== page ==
Monday, April 15, 2013

Richard Serrano of L’eft Bank: Selecting Domestic and Austrian Wines -- the Joys of Grüner Veltliner – Part III of III

MadisonWineScene (MWS) recently interviewed Richard Serrano, Wine Manager of spirits and domestic and Austrian wines with L’eft Bank Wine Company, 4918 Triangle Street, McFarland, WI about the wine business.

His bio on the L’eft Bank site ( states: Raised on beer and tequila since the age of 12, Richard had his first sip of White Zin at the age of 26, and declared it righteous. A bottle of cheap Chilean Merlot followed a week later, and there was no turning back. After a brief flirtation with high-alcohol fruit-bombs, two years in wine retail tempered and matured his palette. He now spends his time in the Sisyphusian pursuit of finding Domestic wines that emphasize balance, purity, and terroir. Known as the company hothead, he spends his off time listening to acoustic blues, reading Decanter, and trying to find old bottles of Roussanne on closeout.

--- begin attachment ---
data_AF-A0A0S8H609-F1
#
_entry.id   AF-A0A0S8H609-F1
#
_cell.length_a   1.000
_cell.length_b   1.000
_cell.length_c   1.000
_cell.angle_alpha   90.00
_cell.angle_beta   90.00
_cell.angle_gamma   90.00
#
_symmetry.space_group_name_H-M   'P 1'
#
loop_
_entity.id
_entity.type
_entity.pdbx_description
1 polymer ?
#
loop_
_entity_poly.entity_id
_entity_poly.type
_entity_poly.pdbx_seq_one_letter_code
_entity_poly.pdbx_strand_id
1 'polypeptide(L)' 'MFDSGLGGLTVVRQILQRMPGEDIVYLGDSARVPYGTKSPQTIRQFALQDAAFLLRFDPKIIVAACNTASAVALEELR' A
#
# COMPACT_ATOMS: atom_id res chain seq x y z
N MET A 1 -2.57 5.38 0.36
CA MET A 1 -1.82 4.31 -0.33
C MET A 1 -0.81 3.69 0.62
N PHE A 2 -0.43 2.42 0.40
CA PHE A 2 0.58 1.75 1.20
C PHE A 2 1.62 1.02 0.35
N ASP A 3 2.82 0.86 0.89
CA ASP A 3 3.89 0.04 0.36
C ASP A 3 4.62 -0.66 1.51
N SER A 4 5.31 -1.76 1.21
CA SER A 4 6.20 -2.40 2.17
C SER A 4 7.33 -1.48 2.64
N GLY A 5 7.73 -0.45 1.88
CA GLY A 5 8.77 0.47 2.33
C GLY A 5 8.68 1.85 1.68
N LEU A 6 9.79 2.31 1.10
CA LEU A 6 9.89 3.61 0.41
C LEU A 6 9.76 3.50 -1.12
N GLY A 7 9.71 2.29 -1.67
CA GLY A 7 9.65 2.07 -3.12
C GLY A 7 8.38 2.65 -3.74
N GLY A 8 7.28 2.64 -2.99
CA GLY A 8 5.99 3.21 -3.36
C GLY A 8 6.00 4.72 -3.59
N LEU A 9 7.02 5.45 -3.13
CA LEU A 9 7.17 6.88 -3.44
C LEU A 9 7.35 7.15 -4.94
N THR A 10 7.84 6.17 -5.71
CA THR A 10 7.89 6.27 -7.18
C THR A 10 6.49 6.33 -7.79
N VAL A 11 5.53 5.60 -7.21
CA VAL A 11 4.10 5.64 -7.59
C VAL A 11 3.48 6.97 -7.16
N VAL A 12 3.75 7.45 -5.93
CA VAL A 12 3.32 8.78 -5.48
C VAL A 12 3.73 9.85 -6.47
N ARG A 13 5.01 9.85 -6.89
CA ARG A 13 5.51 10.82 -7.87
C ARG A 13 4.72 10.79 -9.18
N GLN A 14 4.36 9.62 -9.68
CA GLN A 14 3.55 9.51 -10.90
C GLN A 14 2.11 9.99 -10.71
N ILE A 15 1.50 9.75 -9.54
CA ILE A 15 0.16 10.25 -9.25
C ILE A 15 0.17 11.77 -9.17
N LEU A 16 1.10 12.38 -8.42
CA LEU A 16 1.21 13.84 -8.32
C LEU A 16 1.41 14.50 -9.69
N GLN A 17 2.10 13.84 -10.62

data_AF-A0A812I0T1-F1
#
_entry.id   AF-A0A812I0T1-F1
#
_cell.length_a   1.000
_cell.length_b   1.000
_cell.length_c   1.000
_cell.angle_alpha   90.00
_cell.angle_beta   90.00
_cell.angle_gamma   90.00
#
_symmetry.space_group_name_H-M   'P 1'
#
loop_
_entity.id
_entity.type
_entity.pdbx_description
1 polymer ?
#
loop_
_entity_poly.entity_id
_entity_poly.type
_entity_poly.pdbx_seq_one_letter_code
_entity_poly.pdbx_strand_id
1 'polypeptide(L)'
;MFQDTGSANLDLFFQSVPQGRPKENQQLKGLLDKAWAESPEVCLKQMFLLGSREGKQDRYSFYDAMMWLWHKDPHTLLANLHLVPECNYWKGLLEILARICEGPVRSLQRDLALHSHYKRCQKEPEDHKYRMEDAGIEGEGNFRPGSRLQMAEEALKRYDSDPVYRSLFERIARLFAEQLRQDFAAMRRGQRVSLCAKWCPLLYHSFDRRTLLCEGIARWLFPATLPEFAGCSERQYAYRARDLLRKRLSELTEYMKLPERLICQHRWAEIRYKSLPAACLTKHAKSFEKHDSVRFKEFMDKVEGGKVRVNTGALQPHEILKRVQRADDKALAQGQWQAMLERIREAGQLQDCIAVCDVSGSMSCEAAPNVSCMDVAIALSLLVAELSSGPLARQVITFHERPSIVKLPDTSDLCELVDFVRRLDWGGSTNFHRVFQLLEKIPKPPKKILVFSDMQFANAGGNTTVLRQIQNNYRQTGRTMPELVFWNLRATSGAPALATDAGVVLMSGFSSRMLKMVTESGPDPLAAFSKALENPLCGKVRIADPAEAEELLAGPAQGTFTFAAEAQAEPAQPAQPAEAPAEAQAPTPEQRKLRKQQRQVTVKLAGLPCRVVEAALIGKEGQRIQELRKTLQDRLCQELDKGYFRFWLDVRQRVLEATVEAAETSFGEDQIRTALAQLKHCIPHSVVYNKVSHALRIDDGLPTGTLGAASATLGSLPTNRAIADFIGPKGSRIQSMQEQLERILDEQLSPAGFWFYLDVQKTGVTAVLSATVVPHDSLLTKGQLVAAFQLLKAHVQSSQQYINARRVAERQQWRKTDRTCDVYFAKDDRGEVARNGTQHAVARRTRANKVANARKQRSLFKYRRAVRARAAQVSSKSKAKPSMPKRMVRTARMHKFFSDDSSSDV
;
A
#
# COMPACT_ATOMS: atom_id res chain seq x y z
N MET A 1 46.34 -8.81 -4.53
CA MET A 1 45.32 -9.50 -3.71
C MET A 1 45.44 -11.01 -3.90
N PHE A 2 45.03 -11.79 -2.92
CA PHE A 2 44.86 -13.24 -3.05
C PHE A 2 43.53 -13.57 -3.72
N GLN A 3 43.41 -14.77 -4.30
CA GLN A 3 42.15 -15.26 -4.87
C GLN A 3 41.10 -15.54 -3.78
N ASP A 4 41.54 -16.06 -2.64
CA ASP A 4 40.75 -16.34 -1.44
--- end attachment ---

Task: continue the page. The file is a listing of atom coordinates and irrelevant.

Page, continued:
Previous posts discussed selection of wines and wine producers. This post discusses Austrian wines and changes in the wine industry.

MWS: Why Austrian wines?
Richard: That’s a darned good question.

For me, Austria is a labor of love. I drink more Austrian wine at home than anything else, mainly because I love dry, crisp, acidic white wines and that’s what Austria does best. I don’t know of a country that does it better.